Don B. Huntley College of Agriculture

Insect Fair to Fascinate & Educate

Published Date: Oct 2, 2017 2:00:00 PM

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From butterflies to cockroaches and spiders, insects and their relatives have interacted with humankind for generations.

The annual Cal Poly Pomona Insect Fair aims to show people biological diversity and important contributions insects make to society.

“Insects can be beautiful, and they are extremely relevant to student research and coursework across disciplines at Cal Poly Pomona,” said Eileen Cullen, an associate professor in the university’s Department of Plant Science who is overseeing the fair. “Introduced and native insects pollinate our crops, giving us food and material for clothing. Insects can even help prevent other insect pests from spreading crop plant diseases.”

For the second consecutive year, the Cal Poly Pomona Insect Fair will take place at the university’s annual Pumpkin Festival, Oct. 7 and 8. The fair will be held in the AGRIscapes Visitor Center near the Cal Poly Pomona Farm Store.

The fair has long been popular among collectors, who come to purchase live and preserved insects, jewelry designed to look like insects, display cases, framed insect specimens, and other supplies. Fair goers can visit these collectors, see their pinned and live insect specimens, talk with them about their field experiences and life-long passion for insect collection.

This year the fair will expand to include an educational focus. On Saturday, Oct. 7, Biological Sciences Professor Joan Leong and her students will have an interactive booth featuring foods made possible by native pollinators and interactive games to learn about pollinators. On Sunday, Oct. 8, the Los Angeles National History Museum's Entomology Department will display live and preserved insects.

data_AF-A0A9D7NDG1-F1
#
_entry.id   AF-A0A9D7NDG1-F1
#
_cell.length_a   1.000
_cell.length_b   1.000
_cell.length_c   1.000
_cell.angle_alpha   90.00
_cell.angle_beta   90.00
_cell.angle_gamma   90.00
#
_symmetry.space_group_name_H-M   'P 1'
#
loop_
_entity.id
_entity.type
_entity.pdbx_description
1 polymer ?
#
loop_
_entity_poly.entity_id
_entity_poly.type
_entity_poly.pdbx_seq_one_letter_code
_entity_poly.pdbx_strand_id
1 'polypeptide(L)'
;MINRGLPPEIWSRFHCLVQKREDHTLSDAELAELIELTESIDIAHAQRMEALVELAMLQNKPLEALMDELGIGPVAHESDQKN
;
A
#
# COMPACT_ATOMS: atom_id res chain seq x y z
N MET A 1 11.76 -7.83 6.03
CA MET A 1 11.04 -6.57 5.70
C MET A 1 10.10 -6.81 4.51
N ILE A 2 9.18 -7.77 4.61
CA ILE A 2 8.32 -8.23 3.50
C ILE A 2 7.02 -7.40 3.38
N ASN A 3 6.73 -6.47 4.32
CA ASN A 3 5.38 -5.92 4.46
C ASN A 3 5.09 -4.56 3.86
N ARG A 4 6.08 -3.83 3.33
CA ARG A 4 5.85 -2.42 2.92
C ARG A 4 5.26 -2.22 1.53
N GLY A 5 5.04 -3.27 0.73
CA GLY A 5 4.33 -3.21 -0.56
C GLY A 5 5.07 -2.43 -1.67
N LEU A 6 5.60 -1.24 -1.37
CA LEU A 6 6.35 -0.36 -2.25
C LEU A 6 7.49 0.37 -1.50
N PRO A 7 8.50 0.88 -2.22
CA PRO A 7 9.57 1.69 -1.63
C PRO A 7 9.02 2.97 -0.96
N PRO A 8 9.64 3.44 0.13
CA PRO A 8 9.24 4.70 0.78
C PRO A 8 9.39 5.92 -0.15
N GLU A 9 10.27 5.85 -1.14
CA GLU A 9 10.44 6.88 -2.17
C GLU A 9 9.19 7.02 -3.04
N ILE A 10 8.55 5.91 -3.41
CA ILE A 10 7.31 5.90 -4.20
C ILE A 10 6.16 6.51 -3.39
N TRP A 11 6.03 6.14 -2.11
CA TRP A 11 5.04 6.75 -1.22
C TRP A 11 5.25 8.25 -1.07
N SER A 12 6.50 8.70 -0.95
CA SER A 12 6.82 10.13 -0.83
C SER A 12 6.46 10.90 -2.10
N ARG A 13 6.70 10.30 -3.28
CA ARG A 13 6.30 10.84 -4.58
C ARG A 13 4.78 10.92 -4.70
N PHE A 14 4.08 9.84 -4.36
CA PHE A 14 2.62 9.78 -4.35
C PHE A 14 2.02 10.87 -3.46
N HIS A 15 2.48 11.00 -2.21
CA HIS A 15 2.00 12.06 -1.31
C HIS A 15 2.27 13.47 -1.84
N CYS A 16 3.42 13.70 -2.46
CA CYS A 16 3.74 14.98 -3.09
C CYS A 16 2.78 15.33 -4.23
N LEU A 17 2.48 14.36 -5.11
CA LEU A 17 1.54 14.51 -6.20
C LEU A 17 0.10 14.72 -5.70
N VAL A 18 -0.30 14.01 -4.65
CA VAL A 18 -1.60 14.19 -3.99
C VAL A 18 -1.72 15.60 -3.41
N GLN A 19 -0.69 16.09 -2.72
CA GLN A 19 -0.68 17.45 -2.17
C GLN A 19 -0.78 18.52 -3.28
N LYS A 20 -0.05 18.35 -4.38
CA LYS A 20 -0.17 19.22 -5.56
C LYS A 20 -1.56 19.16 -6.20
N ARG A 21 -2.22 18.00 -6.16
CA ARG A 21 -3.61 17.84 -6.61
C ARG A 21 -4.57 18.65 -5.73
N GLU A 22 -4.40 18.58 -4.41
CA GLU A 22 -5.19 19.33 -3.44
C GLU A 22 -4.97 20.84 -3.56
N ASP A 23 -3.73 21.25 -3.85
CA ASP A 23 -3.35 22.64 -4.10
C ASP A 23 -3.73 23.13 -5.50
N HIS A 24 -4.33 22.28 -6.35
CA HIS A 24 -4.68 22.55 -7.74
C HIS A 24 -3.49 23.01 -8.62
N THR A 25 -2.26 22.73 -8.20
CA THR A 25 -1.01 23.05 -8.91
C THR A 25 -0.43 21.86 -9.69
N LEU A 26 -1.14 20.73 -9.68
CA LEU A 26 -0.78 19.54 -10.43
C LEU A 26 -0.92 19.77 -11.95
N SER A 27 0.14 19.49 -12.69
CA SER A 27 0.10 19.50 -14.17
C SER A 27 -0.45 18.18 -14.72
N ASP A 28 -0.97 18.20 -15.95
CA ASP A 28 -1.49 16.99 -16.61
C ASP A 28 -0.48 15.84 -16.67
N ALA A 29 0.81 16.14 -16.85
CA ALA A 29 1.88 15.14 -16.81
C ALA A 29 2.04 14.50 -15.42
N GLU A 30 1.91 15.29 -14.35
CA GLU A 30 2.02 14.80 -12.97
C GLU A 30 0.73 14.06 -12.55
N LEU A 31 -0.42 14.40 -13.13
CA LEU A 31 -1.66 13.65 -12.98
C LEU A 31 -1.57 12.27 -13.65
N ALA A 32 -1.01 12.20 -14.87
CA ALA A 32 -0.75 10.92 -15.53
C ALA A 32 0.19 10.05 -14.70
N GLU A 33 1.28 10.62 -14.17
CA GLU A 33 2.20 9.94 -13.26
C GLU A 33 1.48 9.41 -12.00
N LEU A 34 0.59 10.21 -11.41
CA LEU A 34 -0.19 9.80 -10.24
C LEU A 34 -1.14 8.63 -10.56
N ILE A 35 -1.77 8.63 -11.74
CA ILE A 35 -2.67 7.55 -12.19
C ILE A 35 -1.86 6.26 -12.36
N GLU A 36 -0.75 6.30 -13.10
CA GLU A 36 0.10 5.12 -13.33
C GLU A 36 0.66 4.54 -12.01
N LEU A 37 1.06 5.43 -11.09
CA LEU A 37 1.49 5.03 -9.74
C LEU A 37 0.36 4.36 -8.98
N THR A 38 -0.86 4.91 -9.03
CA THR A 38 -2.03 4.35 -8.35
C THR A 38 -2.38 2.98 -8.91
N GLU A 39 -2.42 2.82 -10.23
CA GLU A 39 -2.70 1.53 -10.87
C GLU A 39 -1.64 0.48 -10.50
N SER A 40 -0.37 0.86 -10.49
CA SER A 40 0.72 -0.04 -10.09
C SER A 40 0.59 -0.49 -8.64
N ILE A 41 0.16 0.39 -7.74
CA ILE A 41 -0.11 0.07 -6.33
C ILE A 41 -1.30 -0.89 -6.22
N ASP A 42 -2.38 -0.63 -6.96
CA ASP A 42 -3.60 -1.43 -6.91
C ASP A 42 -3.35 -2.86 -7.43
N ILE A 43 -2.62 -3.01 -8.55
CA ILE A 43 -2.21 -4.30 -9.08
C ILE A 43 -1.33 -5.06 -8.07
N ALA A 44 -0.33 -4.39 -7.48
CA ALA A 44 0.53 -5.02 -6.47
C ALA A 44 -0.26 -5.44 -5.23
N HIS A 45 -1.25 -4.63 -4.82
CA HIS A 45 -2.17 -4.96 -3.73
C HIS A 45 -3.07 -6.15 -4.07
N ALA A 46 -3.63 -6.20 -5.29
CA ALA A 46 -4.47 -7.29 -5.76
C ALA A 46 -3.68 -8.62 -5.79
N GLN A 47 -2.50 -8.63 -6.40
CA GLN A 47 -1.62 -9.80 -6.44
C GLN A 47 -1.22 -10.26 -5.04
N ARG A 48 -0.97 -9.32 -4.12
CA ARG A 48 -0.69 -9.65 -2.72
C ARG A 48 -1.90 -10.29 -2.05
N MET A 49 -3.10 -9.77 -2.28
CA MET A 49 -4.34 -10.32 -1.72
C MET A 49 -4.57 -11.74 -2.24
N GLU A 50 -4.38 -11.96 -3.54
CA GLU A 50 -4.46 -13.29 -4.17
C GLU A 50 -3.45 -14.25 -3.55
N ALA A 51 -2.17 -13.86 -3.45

Chaparral Mountain Honey Co. will be at the fair both days with their four-story observation honey bee hive. Fourth-grade students at Clara Barton Elementary School in the Corona-Norco Unified School District spent the last few weeks studying insects as a potential human food source. The fair will display their essays on whether insects are a viable food source.  Students from Cal Poly Pomona’s Huntley College of Agriculture also will display their insect-related research.  

“Working with insects provides our students an entry into science, technology engineering and mathematics fields, also known as STEM,” Cullen said. “The Huntley College of Agriculture and the College of Science at Cal Poly Pomona use insects as study systems to prepare our students for a range of careers that can help our community and society at large.”

Admission is $3 for adults, $2 for students and children ages 2 to 12. Children under 2 can enter free.

A separate admission fee is required to enter the Pumpkin Festival. Festival tickets can be purchased at

For more information about the Insect Fair, visit